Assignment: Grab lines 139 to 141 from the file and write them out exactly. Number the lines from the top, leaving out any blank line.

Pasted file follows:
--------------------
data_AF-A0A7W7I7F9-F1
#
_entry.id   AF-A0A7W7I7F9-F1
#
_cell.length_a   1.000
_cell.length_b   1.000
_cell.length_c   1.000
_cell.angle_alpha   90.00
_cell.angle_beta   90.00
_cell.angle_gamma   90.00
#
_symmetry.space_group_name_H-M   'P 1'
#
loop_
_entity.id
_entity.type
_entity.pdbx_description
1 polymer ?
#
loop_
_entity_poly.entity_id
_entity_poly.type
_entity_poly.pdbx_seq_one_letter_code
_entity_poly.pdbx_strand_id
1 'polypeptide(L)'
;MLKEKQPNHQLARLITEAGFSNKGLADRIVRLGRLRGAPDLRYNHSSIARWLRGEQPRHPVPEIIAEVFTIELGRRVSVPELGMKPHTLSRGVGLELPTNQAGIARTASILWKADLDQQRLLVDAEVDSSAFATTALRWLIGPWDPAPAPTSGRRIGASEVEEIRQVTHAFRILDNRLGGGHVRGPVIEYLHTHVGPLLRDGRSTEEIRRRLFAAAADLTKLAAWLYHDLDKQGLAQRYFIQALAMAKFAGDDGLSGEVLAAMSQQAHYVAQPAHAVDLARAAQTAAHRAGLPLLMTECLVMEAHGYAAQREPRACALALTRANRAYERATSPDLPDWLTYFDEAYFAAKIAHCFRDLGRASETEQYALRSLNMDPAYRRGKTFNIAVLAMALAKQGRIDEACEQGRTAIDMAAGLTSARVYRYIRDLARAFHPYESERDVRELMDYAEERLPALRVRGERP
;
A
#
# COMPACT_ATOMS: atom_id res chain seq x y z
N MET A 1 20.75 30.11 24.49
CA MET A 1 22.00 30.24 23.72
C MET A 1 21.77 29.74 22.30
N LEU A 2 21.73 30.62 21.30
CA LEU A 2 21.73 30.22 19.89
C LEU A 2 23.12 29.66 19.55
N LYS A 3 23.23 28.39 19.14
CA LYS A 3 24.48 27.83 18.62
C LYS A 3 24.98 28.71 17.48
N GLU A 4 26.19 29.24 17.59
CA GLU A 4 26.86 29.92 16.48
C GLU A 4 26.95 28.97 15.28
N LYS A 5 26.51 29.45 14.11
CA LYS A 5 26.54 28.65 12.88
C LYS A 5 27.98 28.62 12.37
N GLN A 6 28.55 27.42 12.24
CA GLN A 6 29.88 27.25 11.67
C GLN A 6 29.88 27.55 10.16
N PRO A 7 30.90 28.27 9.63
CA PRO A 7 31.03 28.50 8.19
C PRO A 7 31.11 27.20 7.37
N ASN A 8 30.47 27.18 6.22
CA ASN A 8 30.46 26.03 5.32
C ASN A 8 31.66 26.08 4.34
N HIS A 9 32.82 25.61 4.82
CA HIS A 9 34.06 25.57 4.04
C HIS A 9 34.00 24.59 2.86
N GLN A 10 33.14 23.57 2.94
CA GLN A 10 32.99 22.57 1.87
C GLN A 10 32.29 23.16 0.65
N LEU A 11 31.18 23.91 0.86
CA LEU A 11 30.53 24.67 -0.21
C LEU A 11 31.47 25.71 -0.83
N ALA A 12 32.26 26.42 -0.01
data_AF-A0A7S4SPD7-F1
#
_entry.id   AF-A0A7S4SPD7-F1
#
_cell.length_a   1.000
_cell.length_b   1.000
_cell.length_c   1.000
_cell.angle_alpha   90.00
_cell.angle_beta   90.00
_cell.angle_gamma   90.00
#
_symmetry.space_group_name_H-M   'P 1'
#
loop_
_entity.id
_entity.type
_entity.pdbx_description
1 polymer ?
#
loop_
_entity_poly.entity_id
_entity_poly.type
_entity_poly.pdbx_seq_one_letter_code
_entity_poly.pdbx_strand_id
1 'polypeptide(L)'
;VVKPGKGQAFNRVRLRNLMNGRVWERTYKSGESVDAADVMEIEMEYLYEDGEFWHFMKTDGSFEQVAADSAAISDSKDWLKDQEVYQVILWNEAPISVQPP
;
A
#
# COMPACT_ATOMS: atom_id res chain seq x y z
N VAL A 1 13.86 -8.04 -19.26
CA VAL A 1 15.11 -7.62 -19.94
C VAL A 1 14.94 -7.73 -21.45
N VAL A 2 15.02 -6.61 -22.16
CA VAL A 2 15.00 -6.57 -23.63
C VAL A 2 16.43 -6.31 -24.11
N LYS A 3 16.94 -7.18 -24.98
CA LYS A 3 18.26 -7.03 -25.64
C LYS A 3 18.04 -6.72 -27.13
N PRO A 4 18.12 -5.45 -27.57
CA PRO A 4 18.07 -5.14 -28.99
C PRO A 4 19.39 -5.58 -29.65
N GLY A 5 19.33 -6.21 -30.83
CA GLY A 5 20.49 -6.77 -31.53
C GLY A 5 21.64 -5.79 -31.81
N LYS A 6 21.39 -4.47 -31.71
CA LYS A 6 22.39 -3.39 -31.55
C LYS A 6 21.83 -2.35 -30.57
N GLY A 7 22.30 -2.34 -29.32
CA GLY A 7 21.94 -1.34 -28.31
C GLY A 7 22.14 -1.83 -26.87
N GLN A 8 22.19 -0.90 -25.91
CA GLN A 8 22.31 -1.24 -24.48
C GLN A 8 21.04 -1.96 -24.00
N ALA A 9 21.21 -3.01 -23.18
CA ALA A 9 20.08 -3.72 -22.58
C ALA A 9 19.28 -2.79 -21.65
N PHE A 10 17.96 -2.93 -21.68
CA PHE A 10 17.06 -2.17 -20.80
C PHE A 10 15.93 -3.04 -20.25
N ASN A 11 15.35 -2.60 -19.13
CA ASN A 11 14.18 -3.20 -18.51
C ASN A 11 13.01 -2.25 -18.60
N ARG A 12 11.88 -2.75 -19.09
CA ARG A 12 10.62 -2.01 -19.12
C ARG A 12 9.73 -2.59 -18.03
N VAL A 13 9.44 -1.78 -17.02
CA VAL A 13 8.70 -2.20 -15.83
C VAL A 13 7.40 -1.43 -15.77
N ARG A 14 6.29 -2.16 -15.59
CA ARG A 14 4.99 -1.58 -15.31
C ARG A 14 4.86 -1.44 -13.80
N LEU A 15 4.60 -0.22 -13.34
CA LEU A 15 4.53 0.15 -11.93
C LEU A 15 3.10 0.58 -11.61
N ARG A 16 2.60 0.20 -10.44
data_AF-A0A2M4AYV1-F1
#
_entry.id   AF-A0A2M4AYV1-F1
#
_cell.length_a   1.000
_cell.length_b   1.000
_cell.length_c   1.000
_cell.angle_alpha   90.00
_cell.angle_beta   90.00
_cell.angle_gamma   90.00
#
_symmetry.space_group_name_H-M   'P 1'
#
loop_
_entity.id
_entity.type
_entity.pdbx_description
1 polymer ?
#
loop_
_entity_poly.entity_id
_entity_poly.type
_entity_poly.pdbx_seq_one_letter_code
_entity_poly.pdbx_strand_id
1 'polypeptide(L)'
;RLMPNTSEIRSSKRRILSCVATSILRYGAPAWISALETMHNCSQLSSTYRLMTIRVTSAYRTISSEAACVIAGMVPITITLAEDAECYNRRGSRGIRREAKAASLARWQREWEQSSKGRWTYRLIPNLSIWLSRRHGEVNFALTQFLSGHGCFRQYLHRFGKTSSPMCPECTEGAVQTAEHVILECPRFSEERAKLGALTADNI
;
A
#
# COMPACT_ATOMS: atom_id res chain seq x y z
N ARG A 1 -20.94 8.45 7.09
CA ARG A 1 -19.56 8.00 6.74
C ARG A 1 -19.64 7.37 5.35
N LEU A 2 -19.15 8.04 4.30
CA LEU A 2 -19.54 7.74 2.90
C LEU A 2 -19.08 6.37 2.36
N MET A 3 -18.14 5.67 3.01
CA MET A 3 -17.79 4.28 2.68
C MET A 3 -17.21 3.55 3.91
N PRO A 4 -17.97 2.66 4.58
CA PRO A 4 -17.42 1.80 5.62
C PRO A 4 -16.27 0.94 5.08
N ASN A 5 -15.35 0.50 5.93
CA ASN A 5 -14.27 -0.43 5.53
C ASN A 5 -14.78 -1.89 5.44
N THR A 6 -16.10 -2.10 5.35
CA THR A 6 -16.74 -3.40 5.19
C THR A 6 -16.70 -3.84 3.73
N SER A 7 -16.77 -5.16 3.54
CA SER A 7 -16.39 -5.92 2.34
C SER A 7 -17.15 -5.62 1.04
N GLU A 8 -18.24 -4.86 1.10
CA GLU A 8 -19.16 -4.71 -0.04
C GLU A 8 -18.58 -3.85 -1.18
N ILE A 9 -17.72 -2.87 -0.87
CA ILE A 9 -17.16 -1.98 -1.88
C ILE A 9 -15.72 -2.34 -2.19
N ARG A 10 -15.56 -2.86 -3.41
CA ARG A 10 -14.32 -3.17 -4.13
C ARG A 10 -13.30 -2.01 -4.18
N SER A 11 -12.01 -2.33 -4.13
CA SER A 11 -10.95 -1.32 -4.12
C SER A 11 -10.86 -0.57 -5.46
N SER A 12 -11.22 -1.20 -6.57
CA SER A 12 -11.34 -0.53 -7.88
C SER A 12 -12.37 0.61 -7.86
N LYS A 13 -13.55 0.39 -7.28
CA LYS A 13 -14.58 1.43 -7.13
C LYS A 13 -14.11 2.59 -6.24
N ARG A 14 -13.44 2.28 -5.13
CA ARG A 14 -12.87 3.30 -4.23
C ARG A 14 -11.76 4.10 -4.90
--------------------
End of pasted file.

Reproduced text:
C LEU A 15 3.10 0.58 -11.61
N ARG A 16 2.60 0.20 -10.44
data_AF-A0A2M4AYV1-F1